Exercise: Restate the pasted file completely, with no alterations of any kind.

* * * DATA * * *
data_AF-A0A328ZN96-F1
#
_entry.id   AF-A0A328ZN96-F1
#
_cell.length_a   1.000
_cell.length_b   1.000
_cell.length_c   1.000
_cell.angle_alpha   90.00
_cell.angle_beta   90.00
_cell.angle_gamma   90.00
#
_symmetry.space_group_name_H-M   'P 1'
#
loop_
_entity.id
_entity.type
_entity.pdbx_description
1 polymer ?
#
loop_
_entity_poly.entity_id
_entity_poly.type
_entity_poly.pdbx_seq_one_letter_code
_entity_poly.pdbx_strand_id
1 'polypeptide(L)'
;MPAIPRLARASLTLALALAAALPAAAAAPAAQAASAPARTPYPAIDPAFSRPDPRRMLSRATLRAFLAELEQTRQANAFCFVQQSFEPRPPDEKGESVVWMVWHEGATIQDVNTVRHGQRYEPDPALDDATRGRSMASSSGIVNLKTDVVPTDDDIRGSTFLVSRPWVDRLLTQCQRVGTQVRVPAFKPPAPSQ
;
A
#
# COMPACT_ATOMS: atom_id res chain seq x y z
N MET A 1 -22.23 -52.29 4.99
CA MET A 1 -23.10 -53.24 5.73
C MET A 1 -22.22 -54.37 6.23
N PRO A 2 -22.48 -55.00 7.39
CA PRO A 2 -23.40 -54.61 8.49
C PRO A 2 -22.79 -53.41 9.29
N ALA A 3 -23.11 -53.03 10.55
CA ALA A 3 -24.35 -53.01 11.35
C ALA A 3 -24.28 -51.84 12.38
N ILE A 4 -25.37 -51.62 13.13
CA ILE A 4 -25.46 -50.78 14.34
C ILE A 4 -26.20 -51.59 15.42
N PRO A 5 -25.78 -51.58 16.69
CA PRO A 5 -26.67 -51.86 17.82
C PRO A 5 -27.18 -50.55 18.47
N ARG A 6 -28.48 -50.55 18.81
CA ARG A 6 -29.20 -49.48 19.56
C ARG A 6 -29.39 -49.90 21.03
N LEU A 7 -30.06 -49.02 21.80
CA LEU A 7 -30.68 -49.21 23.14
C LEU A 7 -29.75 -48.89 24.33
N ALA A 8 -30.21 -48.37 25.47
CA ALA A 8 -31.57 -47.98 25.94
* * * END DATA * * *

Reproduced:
data_AF-A0A328ZN96-F1
#
_entry.id   AF-A0A328ZN96-F1
#
_cell.length_a   1.000
_cell.length_b   1.000
_cell.length_c   1.000
_cell.angle_alpha   90.00
_cell.angle_beta   90.00
_cell.angle_gamma   90.00
#
_symmetry.space_group_name_H-M   'P 1'
#
loop_
_entity.id
_entity.type
_entity.pdbx_description
1 polymer ?
#
loop_
_entity_poly.entity_id
_entity_poly.type
_entity_poly.pdbx_seq_one_letter_code
_entity_poly.pdbx_strand_id
1 'polypeptide(L)'
;MPAIPRLARASLTLALALAAALPAAAAAPAAQAASAPARTPYPAIDPAFSRPDPRRMLSRATLRAFLAELEQTRQANAFCFVQQSFEPRPPDEKGESVVWMVWHEGATIQDVNTVRHGQRYEPDPALDDATRGRSMASSSGIVNLKTDVVPTDDDIRGSTFLVSRPWVDRLLTQCQRVGTQVRVPAFKPPAPSQ
;
A
#
# COMPACT_ATOMS: atom_id res chain seq x y z
N MET A 1 -22.23 -52.29 4.99
CA MET A 1 -23.10 -53.24 5.73
C MET A 1 -22.22 -54.37 6.23
N PRO A 2 -22.48 -55.00 7.39
CA PRO A 2 -23.40 -54.61 8.49
C PRO A 2 -22.79 -53.41 9.29
N ALA A 3 -23.11 -53.03 10.55
CA ALA A 3 -24.35 -53.01 11.35
C ALA A 3 -24.28 -51.84 12.38
N ILE A 4 -25.37 -51.62 13.13
CA ILE A 4 -25.46 -50.78 14.34
C ILE A 4 -26.20 -51.59 15.42
N PRO A 5 -25.78 -51.58 16.69
CA PRO A 5 -26.67 -51.86 17.82
C PRO A 5 -27.18 -50.55 18.47
N ARG A 6 -28.48 -50.55 18.81
CA ARG A 6 -29.20 -49.48 19.56
C ARG A 6 -29.39 -49.90 21.03
N LEU A 7 -30.06 -49.02 21.80
CA LEU A 7 -30.68 -49.21 23.14
C LEU A 7 -29.75 -48.89 24.33
N ALA A 8 -30.21 -48.37 25.47
CA ALA A 8 -31.57 -47.98 25.94